Why did you choose jiu-jitsu as subject matter? Do you train at all yourself?
“When I close my eyes at night, I see jiu-jitsu. Like lots of people who train, I’m obsessed. There are so many compelling aspects of the sport, but right now I’m really in love with competing. I think anyone who has competed knows what it’s like to have those moments when time slows down, focus becomes razor-sharp, and you feel so utterly, exquisitely alive. Win or lose, those moments spark in your memory for years. That’s what I’m trying to capture.”
How did you discover BJJ?
"I originally trained in Muay Thai [Thai boxing]. Sixteen years ago, I moved to New York City for law school, and happened to rent an apartment next door to the gym where the legendary Phil Nurse [English expatriate striking coach for Georges St Pierre, amongst others] was teaching.
Classes back then were in a dank slippery basement with a painted concrete floor. We did hundreds of V-ups on that wicked surface. I can only imagine how much tailbone skin was lost there.
Training with Phil is hard to describe. Outside the ring he’s this very soft-spoken, affable, graceful guy – inside the ring he’s relentless, calculating, expressionless, awful. He cultivates that same dispassionate, unrelenting mindset in his fighters and has an amazing intuition for just how far a person can be pushed. I learned to listen to him: I trusted him when he told me to keep working, and in return he showed me that my athletic limits were not where I thought they were. It was a real privilege to train with a coach like Phil. I fell in love with Muay Thai and had a handful of amateur fights.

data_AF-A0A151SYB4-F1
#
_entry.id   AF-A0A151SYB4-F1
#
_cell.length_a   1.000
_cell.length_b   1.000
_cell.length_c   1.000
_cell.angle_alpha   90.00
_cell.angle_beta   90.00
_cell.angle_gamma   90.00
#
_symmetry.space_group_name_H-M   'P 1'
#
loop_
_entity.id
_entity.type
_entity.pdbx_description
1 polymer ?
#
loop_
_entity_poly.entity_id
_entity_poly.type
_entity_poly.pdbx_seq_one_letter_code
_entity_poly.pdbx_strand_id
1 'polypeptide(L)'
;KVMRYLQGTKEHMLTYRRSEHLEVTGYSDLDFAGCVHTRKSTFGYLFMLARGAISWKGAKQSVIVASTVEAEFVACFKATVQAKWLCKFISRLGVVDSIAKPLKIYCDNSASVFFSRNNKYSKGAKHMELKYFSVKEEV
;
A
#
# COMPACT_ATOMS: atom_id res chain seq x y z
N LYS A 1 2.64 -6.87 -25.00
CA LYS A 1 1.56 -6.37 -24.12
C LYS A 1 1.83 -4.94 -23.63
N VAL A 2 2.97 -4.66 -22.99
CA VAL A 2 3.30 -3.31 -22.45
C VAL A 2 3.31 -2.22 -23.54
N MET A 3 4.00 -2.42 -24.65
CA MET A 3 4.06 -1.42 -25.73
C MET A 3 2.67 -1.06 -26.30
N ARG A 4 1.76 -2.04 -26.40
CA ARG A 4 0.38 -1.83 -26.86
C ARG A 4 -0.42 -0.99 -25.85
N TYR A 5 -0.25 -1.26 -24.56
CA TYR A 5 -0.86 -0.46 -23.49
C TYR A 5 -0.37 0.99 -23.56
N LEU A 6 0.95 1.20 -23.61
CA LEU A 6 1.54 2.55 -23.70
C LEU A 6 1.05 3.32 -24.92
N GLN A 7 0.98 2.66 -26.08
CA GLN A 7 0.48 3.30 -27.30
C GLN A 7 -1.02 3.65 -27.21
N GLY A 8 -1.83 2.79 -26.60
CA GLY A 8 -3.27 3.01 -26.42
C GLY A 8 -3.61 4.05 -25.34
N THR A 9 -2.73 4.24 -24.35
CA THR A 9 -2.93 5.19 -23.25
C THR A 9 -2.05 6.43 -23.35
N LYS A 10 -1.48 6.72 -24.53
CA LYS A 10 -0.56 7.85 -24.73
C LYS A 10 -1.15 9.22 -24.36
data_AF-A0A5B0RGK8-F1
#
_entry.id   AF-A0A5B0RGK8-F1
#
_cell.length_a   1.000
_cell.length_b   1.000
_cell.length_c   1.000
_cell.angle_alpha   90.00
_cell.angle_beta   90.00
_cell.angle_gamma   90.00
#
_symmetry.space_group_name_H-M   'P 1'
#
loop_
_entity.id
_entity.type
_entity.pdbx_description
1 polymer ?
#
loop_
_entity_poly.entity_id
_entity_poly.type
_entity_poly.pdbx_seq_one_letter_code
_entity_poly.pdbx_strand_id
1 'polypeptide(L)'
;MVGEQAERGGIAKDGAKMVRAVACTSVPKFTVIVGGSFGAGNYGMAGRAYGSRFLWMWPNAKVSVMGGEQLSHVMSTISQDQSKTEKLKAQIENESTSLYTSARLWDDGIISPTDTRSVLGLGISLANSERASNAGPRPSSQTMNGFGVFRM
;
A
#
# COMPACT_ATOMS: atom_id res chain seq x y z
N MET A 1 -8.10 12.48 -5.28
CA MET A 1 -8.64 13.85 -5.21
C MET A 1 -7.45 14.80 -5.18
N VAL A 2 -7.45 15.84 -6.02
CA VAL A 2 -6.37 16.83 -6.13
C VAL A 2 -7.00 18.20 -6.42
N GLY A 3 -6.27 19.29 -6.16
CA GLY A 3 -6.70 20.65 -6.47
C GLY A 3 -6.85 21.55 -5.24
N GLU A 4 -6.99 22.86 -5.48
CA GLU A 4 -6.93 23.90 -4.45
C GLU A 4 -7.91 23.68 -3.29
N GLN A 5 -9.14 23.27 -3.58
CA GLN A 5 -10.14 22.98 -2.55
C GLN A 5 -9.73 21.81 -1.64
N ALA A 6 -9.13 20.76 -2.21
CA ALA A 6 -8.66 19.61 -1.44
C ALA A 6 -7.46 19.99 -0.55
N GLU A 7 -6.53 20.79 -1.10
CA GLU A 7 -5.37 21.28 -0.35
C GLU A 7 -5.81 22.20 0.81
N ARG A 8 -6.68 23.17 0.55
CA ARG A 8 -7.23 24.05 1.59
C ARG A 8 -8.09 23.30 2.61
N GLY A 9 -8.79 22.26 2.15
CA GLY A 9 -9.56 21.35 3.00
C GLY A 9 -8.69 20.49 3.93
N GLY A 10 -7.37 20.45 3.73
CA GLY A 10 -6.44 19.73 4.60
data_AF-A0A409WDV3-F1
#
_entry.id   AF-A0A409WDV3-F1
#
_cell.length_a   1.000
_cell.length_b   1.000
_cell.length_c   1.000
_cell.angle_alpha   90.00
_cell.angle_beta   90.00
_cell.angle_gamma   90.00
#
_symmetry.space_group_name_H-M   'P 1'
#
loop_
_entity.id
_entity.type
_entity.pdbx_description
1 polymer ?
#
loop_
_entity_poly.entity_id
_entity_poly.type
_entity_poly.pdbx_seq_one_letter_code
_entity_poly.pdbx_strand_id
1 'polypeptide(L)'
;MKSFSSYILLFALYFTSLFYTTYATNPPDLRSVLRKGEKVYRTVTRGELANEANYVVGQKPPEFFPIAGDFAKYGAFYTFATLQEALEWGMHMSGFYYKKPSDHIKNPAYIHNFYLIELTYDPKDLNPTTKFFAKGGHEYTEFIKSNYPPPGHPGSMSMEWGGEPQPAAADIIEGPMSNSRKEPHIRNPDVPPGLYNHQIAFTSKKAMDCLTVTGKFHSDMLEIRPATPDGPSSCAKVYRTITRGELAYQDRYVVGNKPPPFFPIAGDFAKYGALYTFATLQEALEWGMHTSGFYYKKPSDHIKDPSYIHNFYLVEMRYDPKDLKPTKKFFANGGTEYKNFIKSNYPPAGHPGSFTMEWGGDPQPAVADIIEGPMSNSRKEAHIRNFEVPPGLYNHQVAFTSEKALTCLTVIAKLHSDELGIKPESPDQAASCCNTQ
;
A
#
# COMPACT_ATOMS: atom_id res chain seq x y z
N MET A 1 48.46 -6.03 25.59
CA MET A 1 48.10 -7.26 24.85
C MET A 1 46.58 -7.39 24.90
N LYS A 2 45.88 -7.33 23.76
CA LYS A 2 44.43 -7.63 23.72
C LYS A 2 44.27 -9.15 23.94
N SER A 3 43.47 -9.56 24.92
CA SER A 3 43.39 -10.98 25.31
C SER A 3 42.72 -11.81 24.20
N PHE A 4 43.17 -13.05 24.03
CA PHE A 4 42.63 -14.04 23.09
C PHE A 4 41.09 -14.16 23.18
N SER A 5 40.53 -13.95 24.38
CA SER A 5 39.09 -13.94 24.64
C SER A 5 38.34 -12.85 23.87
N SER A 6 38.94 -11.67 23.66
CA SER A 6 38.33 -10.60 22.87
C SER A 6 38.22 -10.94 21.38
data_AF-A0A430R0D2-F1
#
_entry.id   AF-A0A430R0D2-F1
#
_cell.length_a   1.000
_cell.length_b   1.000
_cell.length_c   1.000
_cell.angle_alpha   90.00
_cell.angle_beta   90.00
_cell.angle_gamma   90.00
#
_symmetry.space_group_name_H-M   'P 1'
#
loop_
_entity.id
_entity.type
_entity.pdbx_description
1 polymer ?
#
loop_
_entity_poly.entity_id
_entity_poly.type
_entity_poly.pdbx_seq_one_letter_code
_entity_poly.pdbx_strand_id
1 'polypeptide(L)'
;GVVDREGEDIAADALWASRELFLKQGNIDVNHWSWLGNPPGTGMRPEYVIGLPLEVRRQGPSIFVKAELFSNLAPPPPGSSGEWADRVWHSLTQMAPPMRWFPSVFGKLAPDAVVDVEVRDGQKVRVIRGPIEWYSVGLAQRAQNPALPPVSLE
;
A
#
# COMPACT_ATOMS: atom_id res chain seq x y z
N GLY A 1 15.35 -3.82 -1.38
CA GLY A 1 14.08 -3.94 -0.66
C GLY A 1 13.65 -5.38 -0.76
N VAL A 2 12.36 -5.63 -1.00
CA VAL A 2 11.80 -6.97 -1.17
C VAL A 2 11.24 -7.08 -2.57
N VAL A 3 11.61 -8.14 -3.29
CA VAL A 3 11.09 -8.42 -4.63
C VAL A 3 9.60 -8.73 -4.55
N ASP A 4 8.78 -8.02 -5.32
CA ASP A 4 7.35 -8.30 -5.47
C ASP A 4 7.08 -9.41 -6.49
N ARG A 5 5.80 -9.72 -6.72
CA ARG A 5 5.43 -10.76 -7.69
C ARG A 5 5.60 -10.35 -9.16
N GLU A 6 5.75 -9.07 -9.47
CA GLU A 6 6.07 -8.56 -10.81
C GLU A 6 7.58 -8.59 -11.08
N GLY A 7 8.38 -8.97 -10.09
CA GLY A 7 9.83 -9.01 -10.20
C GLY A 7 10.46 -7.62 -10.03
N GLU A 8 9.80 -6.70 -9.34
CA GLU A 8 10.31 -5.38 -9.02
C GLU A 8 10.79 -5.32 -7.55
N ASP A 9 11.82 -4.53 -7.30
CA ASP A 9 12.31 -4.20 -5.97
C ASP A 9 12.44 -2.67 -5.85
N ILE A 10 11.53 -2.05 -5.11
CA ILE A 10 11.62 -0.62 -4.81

Unfortunately, what I didn’t know at the time is that I have exceptionally thin retinas. While training for my last fight, one of my eyes started to bleed just behind the retina. I didn’t notice it right away, and I had no idea when I stepped into the ring that it would be my final bout. Over the course of the next few days I lost all central vision in my right eye. I was counselled to quit training immediately and avoid sparring for the rest of my life. They were able to stop the bleeding, but they were not able to restore my vision.